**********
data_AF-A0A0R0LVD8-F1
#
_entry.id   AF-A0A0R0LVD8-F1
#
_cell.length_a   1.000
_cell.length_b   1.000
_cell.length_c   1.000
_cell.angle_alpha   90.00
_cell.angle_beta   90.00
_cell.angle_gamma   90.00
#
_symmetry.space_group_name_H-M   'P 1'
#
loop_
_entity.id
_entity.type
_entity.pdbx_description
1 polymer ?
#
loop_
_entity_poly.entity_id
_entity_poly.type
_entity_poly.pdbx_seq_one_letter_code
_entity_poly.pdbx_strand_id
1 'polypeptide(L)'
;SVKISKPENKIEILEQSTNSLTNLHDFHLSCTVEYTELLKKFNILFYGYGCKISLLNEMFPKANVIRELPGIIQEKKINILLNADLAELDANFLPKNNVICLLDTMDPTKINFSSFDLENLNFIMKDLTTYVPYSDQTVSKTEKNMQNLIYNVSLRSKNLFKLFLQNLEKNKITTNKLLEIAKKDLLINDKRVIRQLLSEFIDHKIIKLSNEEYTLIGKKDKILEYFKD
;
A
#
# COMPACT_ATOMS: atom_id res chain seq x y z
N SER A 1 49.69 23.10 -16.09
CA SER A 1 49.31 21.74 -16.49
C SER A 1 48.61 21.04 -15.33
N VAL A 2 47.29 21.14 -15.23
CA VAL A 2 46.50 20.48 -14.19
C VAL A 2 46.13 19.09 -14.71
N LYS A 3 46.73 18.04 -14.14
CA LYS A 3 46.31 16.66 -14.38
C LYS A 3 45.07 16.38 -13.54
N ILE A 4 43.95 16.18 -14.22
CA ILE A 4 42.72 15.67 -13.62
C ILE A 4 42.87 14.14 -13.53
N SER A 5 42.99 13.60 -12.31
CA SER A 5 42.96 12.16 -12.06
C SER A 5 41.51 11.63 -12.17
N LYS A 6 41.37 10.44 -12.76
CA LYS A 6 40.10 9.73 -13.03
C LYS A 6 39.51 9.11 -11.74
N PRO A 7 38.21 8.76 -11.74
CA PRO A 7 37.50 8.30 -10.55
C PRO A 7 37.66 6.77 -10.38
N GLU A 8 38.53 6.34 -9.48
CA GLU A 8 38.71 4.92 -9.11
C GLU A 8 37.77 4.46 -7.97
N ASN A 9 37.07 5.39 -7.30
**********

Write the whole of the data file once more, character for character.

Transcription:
data_AF-A0A0R0LVD8-F1
#
_entry.id   AF-A0A0R0LVD8-F1
#
_cell.length_a   1.000
_cell.length_b   1.000
_cell.length_c   1.000
_cell.angle_alpha   90.00
_cell.angle_beta   90.00
_cell.angle_gamma   90.00
#
_symmetry.space_group_name_H-M   'P 1'
#
loop_
_entity.id
_entity.type
_entity.pdbx_description
1 polymer ?
#
loop_
_entity_poly.entity_id
_entity_poly.type
_entity_poly.pdbx_seq_one_letter_code
_entity_poly.pdbx_strand_id
1 'polypeptide(L)'
;SVKISKPENKIEILEQSTNSLTNLHDFHLSCTVEYTELLKKFNILFYGYGCKISLLNEMFPKANVIRELPGIIQEKKINILLNADLAELDANFLPKNNVICLLDTMDPTKINFSSFDLENLNFIMKDLTTYVPYSDQTVSKTEKNMQNLIYNVSLRSKNLFKLFLQNLEKNKITTNKLLEIAKKDLLINDKRVIRQLLSEFIDHKIIKLSNEEYTLIGKKDKILEYFKD
;
A
#
# COMPACT_ATOMS: atom_id res chain seq x y z
N SER A 1 49.69 23.10 -16.09
CA SER A 1 49.31 21.74 -16.49
C SER A 1 48.61 21.04 -15.33
N VAL A 2 47.29 21.14 -15.23
CA VAL A 2 46.50 20.48 -14.19
C VAL A 2 46.13 19.09 -14.71
N LYS A 3 46.73 18.04 -14.14
CA LYS A 3 46.31 16.66 -14.38
C LYS A 3 45.07 16.38 -13.54
N ILE A 4 43.95 16.18 -14.22
CA ILE A 4 42.72 15.67 -13.62
C ILE A 4 42.87 14.14 -13.53
N SER A 5 42.99 13.60 -12.31
CA SER A 5 42.96 12.16 -12.06
C SER A 5 41.51 11.63 -12.17
N LYS A 6 41.37 10.44 -12.76
CA LYS A 6 40.10 9.73 -13.03
C LYS A 6 39.51 9.11 -11.74
N PRO A 7 38.21 8.76 -11.74
CA PRO A 7 37.50 8.30 -10.55
C PRO A 7 37.66 6.77 -10.38
N GLU A 8 38.53 6.34 -9.48
CA GLU A 8 38.71 4.92 -9.11
C GLU A 8 37.77 4.46 -7.97
N ASN A 9 37.07 5.39 -7.30